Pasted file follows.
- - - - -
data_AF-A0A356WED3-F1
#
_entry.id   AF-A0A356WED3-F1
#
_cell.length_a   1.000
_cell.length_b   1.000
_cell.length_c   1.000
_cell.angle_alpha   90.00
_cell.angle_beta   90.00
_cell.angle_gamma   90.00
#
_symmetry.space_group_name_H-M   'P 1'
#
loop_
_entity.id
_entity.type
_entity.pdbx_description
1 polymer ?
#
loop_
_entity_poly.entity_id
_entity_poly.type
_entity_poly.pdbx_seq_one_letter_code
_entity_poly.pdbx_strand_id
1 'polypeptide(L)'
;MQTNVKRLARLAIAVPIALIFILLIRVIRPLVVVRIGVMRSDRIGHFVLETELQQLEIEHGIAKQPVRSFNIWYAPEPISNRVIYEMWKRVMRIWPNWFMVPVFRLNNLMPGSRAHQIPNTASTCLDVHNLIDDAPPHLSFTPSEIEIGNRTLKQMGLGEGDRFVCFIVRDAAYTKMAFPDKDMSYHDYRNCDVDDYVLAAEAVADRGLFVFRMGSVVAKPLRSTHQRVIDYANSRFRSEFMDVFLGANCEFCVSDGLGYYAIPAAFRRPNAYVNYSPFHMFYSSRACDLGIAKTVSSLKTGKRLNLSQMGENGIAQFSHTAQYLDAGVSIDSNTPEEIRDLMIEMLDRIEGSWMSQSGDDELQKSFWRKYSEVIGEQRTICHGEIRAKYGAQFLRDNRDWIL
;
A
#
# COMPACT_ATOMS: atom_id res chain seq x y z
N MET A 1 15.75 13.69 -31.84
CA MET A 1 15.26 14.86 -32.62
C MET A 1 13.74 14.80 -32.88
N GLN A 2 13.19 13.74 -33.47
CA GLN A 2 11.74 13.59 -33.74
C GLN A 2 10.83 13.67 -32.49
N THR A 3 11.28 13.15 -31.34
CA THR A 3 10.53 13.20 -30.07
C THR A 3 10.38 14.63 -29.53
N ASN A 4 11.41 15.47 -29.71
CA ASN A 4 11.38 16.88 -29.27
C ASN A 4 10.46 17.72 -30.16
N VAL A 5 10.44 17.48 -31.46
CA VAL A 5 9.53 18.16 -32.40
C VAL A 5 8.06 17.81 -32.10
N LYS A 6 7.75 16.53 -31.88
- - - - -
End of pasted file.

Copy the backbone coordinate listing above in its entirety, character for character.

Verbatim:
data_AF-A0A356WED3-F1
#
_entry.id   AF-A0A356WED3-F1
#
_cell.length_a   1.000
_cell.length_b   1.000
_cell.length_c   1.000
_cell.angle_alpha   90.00
_cell.angle_beta   90.00
_cell.angle_gamma   90.00
#
_symmetry.space_group_name_H-M   'P 1'
#
loop_
_entity.id
_entity.type
_entity.pdbx_description
1 polymer ?
#
loop_
_entity_poly.entity_id
_entity_poly.type
_entity_poly.pdbx_seq_one_letter_code
_entity_poly.pdbx_strand_id
1 'polypeptide(L)'
;MQTNVKRLARLAIAVPIALIFILLIRVIRPLVVVRIGVMRSDRIGHFVLETELQQLEIEHGIAKQPVRSFNIWYAPEPISNRVIYEMWKRVMRIWPNWFMVPVFRLNNLMPGSRAHQIPNTASTCLDVHNLIDDAPPHLSFTPSEIEIGNRTLKQMGLGEGDRFVCFIVRDAAYTKMAFPDKDMSYHDYRNCDVDDYVLAAEAVADRGLFVFRMGSVVAKPLRSTHQRVIDYANSRFRSEFMDVFLGANCEFCVSDGLGYYAIPAAFRRPNAYVNYSPFHMFYSSRACDLGIAKTVSSLKTGKRLNLSQMGENGIAQFSHTAQYLDAGVSIDSNTPEEIRDLMIEMLDRIEGSWMSQSGDDELQKSFWRKYSEVIGEQRTICHGEIRAKYGAQFLRDNRDWIL
;
A
#
# COMPACT_ATOMS: atom_id res chain seq x y z
N MET A 1 15.75 13.69 -31.84
CA MET A 1 15.26 14.86 -32.62
C MET A 1 13.74 14.80 -32.88
N GLN A 2 13.19 13.74 -33.47
CA GLN A 2 11.74 13.59 -33.74
C GLN A 2 10.83 13.67 -32.49
N THR A 3 11.28 13.15 -31.34
CA THR A 3 10.53 13.20 -30.07
C THR A 3 10.38 14.63 -29.53
N ASN A 4 11.41 15.47 -29.71
CA ASN A 4 11.38 16.88 -29.27
C ASN A 4 10.46 17.72 -30.16
N VAL A 5 10.44 17.48 -31.46
CA VAL A 5 9.53 18.16 -32.40
C VAL A 5 8.06 17.81 -32.10
N LYS A 6 7.75 16.53 -31.88